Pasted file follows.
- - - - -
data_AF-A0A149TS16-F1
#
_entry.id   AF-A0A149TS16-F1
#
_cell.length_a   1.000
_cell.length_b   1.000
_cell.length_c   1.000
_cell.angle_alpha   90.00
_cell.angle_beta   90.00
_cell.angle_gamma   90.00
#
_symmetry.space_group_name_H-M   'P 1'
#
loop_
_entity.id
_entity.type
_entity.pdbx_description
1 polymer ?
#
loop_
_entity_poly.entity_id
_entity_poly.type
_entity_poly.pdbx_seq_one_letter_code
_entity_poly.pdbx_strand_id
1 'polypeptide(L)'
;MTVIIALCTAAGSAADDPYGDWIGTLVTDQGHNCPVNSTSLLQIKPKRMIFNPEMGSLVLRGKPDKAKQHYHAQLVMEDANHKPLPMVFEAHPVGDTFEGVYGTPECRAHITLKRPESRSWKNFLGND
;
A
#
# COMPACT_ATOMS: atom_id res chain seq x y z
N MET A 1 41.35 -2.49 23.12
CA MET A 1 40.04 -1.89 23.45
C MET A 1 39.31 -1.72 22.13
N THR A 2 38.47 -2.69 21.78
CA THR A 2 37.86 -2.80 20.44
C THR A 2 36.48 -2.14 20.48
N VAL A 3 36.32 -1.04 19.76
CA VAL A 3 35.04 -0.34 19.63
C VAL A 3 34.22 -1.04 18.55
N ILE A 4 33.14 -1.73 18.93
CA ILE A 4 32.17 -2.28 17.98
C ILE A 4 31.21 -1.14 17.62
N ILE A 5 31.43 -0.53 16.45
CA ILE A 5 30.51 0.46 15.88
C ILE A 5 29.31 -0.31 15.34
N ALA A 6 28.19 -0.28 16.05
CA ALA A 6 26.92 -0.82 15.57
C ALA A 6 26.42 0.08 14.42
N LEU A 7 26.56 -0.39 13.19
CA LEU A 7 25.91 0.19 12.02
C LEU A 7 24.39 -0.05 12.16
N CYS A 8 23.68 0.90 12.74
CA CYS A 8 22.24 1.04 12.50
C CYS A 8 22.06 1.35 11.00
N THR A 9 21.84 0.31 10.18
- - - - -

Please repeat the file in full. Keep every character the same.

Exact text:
data_AF-A0A149TS16-F1
#
_entry.id   AF-A0A149TS16-F1
#
_cell.length_a   1.000
_cell.length_b   1.000
_cell.length_c   1.000
_cell.angle_alpha   90.00
_cell.angle_beta   90.00
_cell.angle_gamma   90.00
#
_symmetry.space_group_name_H-M   'P 1'
#
loop_
_entity.id
_entity.type
_entity.pdbx_description
1 polymer ?
#
loop_
_entity_poly.entity_id
_entity_poly.type
_entity_poly.pdbx_seq_one_letter_code
_entity_poly.pdbx_strand_id
1 'polypeptide(L)'
;MTVIIALCTAAGSAADDPYGDWIGTLVTDQGHNCPVNSTSLLQIKPKRMIFNPEMGSLVLRGKPDKAKQHYHAQLVMEDANHKPLPMVFEAHPVGDTFEGVYGTPECRAHITLKRPESRSWKNFLGND
;
A
#
# COMPACT_ATOMS: atom_id res chain seq x y z
N MET A 1 41.35 -2.49 23.12
CA MET A 1 40.04 -1.89 23.45
C MET A 1 39.31 -1.72 22.13
N THR A 2 38.47 -2.69 21.78
CA THR A 2 37.86 -2.80 20.44
C THR A 2 36.48 -2.14 20.48
N VAL A 3 36.32 -1.04 19.76
CA VAL A 3 35.04 -0.34 19.63
C VAL A 3 34.22 -1.04 18.55
N ILE A 4 33.14 -1.73 18.93
CA ILE A 4 32.17 -2.28 17.98
C ILE A 4 31.21 -1.14 17.62
N ILE A 5 31.43 -0.53 16.45
CA ILE A 5 30.51 0.46 15.88
C ILE A 5 29.31 -0.31 15.34
N ALA A 6 28.19 -0.28 16.05
CA ALA A 6 26.92 -0.82 15.57
C ALA A 6 26.42 0.08 14.42
N LEU A 7 26.56 -0.39 13.19
CA LEU A 7 25.91 0.19 12.02
C LEU A 7 24.39 -0.05 12.16
N CYS A 8 23.68 0.90 12.74
CA CYS A 8 22.24 1.04 12.50
C CYS A 8 22.06 1.35 11.00
N THR A 9 21.84 0.31 10.18